Today Massively made it into my RSS feed. There's really a couple of cool Second Life residents blogging over there now. This time it's Moo Money that brings up some juicy gossip from Second Life as she writes on the ESCapists:
In a shocking blog entry today, Jeremy Flagstaff noted that the Electric Sheep Company has laid off approximately one-third of their staff, or about 22 people. It has been previously noted that ESC had to cut back on the number of islands for CSI: NY, and now both AOL Pointe and Pontiac are pulling out of Second Life. This news should come as no surprise, but it's still heartbreaking to hear that it
happened so close to Christmas.
While it is not known at this time exactly why the layoffs occurred, Jeremy speculates that they will be focusing on technology like OnRez. Joel Greenberg, whose job status is unknown at this time, announced on Twitter that ESC is shutting down their virtual ad network project. In a prophetic blog entry written last week by Rez Menoptra, he speculated on how long builds will last in virtual worlds and who will remember them.
Massively will update you with the latest news on this topic as we hear it. Stay tuned!
Most of these people we will never know, but we've seen Jeremy himself move away from the Sheep earlier this year as well as Jerry Paffendorf. Is the negative trend for Second Life we've seen in Europe now crossing to the US as well? Are we close to a dotcom-burst in the virtual world industry? I don't think so.
In november I quickly mentioned AOL's departure from Second Life, now Pontiac is joining the list of departing companies. How should we read these signs: Is it true that Second Life has proved itself unfit for business? In the case of Pontiac / Motorati I think it surely didn't.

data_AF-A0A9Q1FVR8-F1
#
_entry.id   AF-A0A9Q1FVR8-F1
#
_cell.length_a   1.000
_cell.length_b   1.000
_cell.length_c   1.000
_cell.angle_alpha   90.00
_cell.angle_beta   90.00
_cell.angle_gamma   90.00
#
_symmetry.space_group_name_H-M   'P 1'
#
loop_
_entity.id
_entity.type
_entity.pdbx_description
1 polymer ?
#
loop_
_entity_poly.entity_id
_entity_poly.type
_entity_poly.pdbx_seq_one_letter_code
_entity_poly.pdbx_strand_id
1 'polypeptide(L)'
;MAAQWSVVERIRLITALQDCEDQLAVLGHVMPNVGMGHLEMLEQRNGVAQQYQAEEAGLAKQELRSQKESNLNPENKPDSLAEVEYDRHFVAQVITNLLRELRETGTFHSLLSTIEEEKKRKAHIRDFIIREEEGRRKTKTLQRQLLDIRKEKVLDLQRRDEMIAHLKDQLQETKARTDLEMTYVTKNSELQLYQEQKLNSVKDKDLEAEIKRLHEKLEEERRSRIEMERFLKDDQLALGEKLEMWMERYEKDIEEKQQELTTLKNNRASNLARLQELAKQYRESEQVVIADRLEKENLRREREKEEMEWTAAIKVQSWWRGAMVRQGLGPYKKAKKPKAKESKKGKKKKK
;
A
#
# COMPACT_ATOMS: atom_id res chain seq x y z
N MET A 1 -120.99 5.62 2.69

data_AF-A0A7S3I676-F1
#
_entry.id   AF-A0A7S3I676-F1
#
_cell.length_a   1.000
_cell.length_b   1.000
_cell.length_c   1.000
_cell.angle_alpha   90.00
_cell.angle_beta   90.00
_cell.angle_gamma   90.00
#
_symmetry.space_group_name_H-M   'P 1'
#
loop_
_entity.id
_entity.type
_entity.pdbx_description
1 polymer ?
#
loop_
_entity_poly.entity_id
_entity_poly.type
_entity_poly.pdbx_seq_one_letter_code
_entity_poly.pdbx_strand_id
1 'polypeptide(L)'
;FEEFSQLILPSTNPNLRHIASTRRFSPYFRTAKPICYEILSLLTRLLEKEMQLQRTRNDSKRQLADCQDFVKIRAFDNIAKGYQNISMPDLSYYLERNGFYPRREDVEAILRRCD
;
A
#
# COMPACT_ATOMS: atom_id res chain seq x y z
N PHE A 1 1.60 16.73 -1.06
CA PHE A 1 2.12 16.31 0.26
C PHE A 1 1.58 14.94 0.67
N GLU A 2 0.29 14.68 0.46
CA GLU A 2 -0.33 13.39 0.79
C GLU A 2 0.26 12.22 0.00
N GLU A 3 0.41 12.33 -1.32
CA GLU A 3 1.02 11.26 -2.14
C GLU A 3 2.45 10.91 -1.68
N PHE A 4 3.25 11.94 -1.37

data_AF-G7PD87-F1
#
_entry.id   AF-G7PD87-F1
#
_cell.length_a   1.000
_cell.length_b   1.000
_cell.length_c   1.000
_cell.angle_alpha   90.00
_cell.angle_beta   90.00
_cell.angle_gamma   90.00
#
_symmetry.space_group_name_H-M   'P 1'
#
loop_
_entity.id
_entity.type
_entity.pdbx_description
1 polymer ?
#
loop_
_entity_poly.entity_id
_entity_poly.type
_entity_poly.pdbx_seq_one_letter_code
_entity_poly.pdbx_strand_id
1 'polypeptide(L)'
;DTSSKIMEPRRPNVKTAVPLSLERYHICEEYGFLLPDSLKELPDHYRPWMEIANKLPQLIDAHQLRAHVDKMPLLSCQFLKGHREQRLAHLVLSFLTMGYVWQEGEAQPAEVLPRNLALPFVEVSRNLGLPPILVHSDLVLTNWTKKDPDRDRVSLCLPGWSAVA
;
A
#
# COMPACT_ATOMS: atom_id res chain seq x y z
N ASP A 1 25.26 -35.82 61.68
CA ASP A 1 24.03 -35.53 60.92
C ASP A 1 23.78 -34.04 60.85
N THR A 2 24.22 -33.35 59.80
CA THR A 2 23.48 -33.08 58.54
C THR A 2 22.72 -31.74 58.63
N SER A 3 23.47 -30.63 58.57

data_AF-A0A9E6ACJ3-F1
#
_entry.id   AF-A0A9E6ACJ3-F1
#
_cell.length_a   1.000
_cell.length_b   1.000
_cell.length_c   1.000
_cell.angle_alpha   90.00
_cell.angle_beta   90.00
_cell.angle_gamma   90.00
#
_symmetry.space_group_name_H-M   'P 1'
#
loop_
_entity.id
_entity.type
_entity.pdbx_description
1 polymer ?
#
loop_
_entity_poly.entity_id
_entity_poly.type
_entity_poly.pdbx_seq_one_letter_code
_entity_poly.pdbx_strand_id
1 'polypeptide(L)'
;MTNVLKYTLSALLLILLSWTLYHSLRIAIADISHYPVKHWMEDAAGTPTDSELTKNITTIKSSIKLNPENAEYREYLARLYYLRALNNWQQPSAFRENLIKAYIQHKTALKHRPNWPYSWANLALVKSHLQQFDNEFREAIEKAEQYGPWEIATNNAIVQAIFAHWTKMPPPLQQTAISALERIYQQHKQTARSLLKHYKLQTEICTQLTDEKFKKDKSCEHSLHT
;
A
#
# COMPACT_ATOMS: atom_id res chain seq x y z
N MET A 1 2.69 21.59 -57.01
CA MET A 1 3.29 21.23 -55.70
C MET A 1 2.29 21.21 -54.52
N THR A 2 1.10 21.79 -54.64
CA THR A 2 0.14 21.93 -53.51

The thing I keep saying to our clients is this: Right now Second Life is the ideal platform to experiment. It is open, and it's present, which means you can start up exploring the metaverse at relatively low cost. Try to get a feel for the technology, explore opportunities, chase ideas. Second Life makes this possible because it's free to sign up and you can put in almost any kind of data. Second Life is as open as the gates of heaven to whom believes. The feeling I get now is that most of the departing companies are not going out of business, they're moving. It's just as much tribal migration that we see in social networking sites. You explore, then find a site that better suits your needs. A lot of these companies gained experience from Second Life and are now preparing for dedicated themed worlds, based upon enterprise technology on platforms like There.com
It is a moving business we're in. The past year has seen an extreme usergrowth in Second Life, and an enormous commercial / PR drive for companies to enter virtual worlds. Now it's time to check the balance. All in all, as I wrote in my previous blogpost on the Millions of Us venue for Splenda; "It's Dozens of Them" meaning right now it's just too much of the same. We're creating presence for companies. There's an occasional immersion that goes beyond simple presence and really adds something to the industry.
Millions of Us, Lost in the Magic Forest, Electric Sheep Company, Virtual Italian Parks, and many many other MDC's have mastered the skill of building in Second Life. What they haven't got is the skill of Business Analysis.
It will take skilled consultants to translate core business to virtual representations. It will take experience and time for us to be able to build virtual venues that are fit for business and will form an extention to our daily operations. 2007 has been a year in which Second Life and virtual worlds have been a toy for marketing and communication departments, 2008 will probably see NVE's as a playhouse for IT departments and 2009 will probably be the year in which the NVE potential really sinks in, the time when the Business takes over and will use it as a medium for its core processes.
Labels: AOL, electric sheep company, magic forest, mdc, millions of us, moomoney, pontiac, second life, technology, there.com, virtual worlds